Bellevue sits in the Puget Sound, east of Seattle and across Lake Washington. It is accessible from Seattle primarily via I-90, which is the main east-west interstate running through north-central Washington State. I-90 is an important interstate in the northern U.S. and connects to several major routes including north-south I-5 – the two actually intersect in downtown Seattle. Though perhaps not the most popular area in Washington State to ship a vehicle to, it is becoming more and more popular as the years go on and its growth continues; as the largest suburb in Seattle, it’s most definitely the most popular suburb of a major city to ship to in the Pacific Northwest. This generally results in lower auto transport prices for customers.
As Bellevue sits right along I-90 – and is also accessible via I-405, an auxiliary interstate of I-5 – it’s not surprising that prices into and out of the area are cheaper than other parts of Washington, but it doesn’t mean it’s going to be as cheap to ship to Bellevue as, say, a suburb of Miami, namely because Washington State is pretty far out of the way for a lot of auto transporters and it tends to cost them more money to physically move in and out of Washington, even Seattle and the surrounding metro area. If you’re interested in shipping your vehicle to or from Bellevue, give us a call at 800-930-7417 or fill out our free online quote request form; you’ll get multiple free quotes e-mailed to you within about an hour, and if you call you can talk to one of our live representatives and get more information about the auto transport industry, have questions answered, and get help navigating the site and our free online quote form.
Tuesday, July 29th, 2014 at
The auto transport industry is expensive for a lot of people looking to ship a car. Unlike things like UPS or FedEx, you’re not shipping a small package; you’re shipping an entire vehicle, sometimes more than one, and this requires the use of large auto transport trucks – 60,000 pound vehicles, on average – that haul up to ten cars at a time. These vehicles are not cheap to drive or maintain, and they require drivers to have a CDL – commercial driver’s license – which requires extensive training behind the wheel of the vehicle, as well as training in the operation and maintenance of such a large vehicle, as well as training in loading, securing, and unloading the vehicles that they transport. None of this is cheap for the operator, but that’s all startup cost; when it comes right down to it, auto transport is expensive because driving is expensive.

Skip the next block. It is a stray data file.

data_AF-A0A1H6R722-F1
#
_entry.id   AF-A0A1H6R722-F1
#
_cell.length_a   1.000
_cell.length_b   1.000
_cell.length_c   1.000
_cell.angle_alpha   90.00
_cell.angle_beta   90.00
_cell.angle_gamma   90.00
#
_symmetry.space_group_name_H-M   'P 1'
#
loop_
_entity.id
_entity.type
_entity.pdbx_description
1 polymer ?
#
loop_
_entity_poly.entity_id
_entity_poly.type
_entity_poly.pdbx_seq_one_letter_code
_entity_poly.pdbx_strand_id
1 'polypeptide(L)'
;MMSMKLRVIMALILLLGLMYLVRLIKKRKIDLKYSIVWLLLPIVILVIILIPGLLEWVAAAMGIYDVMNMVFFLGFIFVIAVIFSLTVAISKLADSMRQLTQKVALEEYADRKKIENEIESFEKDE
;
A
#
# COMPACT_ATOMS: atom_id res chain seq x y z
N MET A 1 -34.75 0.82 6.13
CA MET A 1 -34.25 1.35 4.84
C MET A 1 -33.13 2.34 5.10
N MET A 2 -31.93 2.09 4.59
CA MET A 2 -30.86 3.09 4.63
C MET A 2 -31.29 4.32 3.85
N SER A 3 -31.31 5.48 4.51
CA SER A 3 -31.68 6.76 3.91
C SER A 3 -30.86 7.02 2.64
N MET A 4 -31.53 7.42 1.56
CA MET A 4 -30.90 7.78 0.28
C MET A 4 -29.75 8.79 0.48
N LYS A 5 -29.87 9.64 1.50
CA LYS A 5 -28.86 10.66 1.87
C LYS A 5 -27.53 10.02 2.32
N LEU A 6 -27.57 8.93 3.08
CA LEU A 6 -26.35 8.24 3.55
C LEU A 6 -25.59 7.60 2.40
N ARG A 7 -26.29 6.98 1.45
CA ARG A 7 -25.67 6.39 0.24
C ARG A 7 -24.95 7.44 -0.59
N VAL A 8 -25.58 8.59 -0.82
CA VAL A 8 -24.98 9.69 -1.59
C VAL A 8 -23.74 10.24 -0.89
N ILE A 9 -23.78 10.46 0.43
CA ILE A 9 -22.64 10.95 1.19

Think about it. With gasoline prices hovering anywhere from $3.50-$4.00 per gallon, and diesel fuel (the fuel that every auto transport truck runs on) even more expensive, driving around with ten cars on the back of a diesel truck gets expensive quick. This is the main reason why auto transport is expensive, and why most auto transport companies make you pay through the nose for their services. As most auto transporters are independent owner-operators, they’re responsible for paying for their own fuel and don’t get paid by the hour; they get paid by the job. Therefore, auto shippers have to be able to cover the cost of the fuel that they buy. But wait, there’s more – they also have to pay for lodging, at least those that don’t have beds in their truck (and few of them do, unlike long-haul truckers in other industries). This means that they have to spend money on hotel fare, and food, and basically the day-to-day necessities that many of us take for granted. They live on the road, more often than not, and each job they do nets them only so much money; many auto shippers live on the edge because of how much they spend.
This is partly why they rely on brokers to find them loads. Brokers help auto transporters keep costs down by helping them keep their trucks filled. If an auto transport driver is hauling around an empty truck, they aren’t making money, and that’s bad for them. So, they rely on brokers – the companies that you’ll get quotes from if you fill out our free form – to help mitigate that and keep their trucks filled. Then they have to inflate the prices slightly so that they make a bit of profit, because shipping anything for cost doesn’t help them from a business perspective. So next time that you get your quotes and want a good auto transport company, don’t go with the lowest one; not only are you not helping your auto transport company out, but they’ll be less inclined to do a good job for you, because when was the last time you drove across the country for someone else for absolutely free?